Sunday, January 8, 2012
These is my Words
Speaking of bad grammar, the beginning of the book has atrocious grammar and spelling, but that is, of course, for good reason. The main character, the diary/voice of Sarah Prine, was an uneducated teenager. When I think of teenagers today and the many bad grammatical papers I have read I can completely understand why an uneducated teenager would write this way. I have known teenagers who have gone to school their entire life and still write with poor grammar. I guess grammar is difficult. What I did appreciate in this novel is that Sarah Prine thirsted after knowledge. She read a lot, which I am a big fan of, and wanted to learn; having the desire to learn is the biggest step to becoming an educated person. Sarah's desire to learn led her to becoming an educated person throughout her life.
This story takes place in the late 1800's in the Arizona Territory. I had never read a book with this setting, and I came to quickly realize that I could not have handled living in the Arizona Territory during that time. It was hard. Actually, I don't think hard even gives it justice. It was both physically and emotionally brutal to live in the territories back then.
The Prine family start the story traveling from the New Mexico Territory to San Angelo, which I loved reading in a book b/c that is where I was born and it is not a large place. The wagon ride to San Angelo included the loss of a couple family members, as well as a good portion of violence. There was violence with Indian tribes that attacked them; there was also violence from evil men they unfortunately came across along the way. Sarah and a few girls from another wagon traveling with the Prines stopped at this stream to bathe. A very bad white man and his buddy pulled a knife on the girls and rapped one of them. There wasn't a crystal clear picture of the rape, but it does tell you what is happening. It was quite disturbing to me, but rapes and things of that nature are always disturbing to me.
Throughout the book there was violence with bad men they came across or came across them; I guess this taught me that that time period had some evil bad men, just like any time period. One thing I really liked about Sarah, the main character, is that she was tough and always put up a fight.
Even though all of the hard and sad things that occurred were difficult to read it was still very realistic; I could see everyone of those events occurring during that time, and it made me grateful that I did not live back then. Living in the territories in the 1800's was not for the pansies; you had to be incredibly strong and tough both physically and emotionally to survive such a hard place.
This book was definitely sad, but it was still an enjoyable read. When I was nearing the end of the book I knew something bad was going to happen. However, I couldn't figure out exactly when it was going to happen. I kept wanting to read the book, even in the wee hours of the morning, to find out what happened. I was dreading what was going to happen, but I had to know.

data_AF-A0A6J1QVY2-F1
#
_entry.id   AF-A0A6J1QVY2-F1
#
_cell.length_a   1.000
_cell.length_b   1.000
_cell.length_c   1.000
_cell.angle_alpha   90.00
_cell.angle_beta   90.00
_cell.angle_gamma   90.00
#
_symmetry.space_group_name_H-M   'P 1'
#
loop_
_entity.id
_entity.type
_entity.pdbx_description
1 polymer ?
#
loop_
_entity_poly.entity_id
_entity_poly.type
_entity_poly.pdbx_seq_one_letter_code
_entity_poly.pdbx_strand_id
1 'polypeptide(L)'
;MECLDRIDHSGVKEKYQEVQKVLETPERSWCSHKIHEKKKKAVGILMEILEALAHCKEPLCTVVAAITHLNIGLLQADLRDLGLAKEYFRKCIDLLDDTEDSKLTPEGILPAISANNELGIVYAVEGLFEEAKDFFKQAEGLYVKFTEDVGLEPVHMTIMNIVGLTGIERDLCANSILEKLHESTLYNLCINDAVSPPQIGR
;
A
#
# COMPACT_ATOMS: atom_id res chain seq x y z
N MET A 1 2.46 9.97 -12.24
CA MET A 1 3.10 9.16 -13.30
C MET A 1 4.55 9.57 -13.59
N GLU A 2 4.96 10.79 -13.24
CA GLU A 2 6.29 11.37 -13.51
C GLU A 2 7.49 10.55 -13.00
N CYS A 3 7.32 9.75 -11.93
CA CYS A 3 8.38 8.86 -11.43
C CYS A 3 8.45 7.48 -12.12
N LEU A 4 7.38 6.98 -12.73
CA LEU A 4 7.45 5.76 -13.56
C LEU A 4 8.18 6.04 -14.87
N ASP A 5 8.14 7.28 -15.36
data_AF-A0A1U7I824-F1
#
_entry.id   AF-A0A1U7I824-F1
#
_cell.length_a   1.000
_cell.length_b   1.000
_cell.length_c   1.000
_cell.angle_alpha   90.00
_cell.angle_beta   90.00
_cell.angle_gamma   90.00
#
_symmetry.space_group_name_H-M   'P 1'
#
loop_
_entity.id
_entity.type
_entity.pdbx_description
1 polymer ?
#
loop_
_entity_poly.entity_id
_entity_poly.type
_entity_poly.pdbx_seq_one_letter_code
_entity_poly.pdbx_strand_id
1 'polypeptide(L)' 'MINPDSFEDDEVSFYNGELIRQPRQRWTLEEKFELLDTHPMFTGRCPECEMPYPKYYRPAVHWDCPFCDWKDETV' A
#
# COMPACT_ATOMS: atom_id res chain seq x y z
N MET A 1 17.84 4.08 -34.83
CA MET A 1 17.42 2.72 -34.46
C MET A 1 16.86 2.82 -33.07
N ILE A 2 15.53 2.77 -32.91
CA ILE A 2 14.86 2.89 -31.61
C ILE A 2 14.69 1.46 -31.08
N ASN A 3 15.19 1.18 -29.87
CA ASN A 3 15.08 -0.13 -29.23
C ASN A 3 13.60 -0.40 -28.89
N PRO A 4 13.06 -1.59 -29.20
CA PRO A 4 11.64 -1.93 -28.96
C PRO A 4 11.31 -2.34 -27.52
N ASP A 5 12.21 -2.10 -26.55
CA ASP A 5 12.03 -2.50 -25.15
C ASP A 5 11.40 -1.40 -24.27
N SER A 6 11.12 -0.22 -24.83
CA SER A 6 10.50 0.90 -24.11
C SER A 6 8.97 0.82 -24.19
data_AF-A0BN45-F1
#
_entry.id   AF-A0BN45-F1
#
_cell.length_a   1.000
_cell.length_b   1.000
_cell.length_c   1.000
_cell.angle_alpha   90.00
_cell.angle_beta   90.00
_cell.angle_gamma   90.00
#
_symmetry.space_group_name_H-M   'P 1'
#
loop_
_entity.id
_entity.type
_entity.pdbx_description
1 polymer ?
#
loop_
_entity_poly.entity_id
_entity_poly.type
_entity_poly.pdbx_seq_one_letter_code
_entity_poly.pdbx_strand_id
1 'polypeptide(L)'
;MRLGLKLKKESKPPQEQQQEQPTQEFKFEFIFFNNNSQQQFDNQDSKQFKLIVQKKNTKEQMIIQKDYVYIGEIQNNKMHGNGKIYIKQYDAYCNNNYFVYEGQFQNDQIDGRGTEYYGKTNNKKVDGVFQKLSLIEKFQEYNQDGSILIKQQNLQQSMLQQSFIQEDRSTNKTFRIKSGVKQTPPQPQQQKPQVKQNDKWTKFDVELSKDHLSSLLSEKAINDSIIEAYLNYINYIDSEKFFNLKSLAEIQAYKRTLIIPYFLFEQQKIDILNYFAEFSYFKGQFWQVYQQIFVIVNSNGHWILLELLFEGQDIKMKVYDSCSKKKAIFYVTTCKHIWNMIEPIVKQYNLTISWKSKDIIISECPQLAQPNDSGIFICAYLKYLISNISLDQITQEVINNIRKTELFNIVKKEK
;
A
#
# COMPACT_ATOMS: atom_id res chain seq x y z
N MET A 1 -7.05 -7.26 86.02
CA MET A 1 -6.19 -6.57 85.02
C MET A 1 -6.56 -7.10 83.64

School Library Journal gave the review below for These is my Words. They actually stated the book was YA, Young Adult, but I am not sure I agree with that. I think it would be quite difficult for YA's to want to read this book and relate to it. I think it is better suited for adults. I found myself laughing and relating to the trials Sarah had with being pregnant, becoming pregnant quicker than she had planned, giving birth, and the high activity level of young boys. Obviously, there are other things you might find relatable and that is how it should be, but I do think that adults will be able to connect with this book much better/easier than young adults. I think this book is geared towards adults and upper YAs.
"This novel in diary format parallels the early history of the Arizona Territories as Sarah and her family travel from the New Mexico Territory and settle down to carve out a new life on a ranch near Tucson in the 1880s. Sarah's diary, based on the author's family memoirs, is a heartwarming and heartbreaking fictional account of a vibrant and gifted young woman. Sarah starts out as an illiterate, fiery 17 year old. Eventually, her writing becomes as smooth and polished as Sarah herself as she becomes a tenacious, literate, and loving wife and mother. A treasure trove of discovered books becomes the source of her self-education. Turner describes the trip in such detail that one has a sense of having traveled with Sarah, experiencing all of its heartache and sadness, its backbreaking exertion and struggles, its danger and adventure, its gentle and lighter moments. Life in the new country brings the constant fear of Indian raids and the threat and reality of floods, fire, and rattlesnakes; bandits; rough men, and pretentious women all have an effect on the protagonist but her strong marriage makes the effort worthwhile. Sarah centers her world around her home and family but maintains an independent spirit that keeps her whole and alive throughout her many trials and heartaches. This is a beautifully written book that quickly captures readers' attention and holds it tightly and emotionally until the end."
All in all, I enjoyed this book; it was a good book and I am glad I read it. Way to go book club for expanding my horizons and selecting a book I normally would not have picked. If I were to give this book a rating I think I would give it a 3.75 out of 5 stars; it is close to 4 stars but not quite there b/c it was slow and dragged on a bit at times. However, I would still suggest this book for those that enjoy historical fiction reads.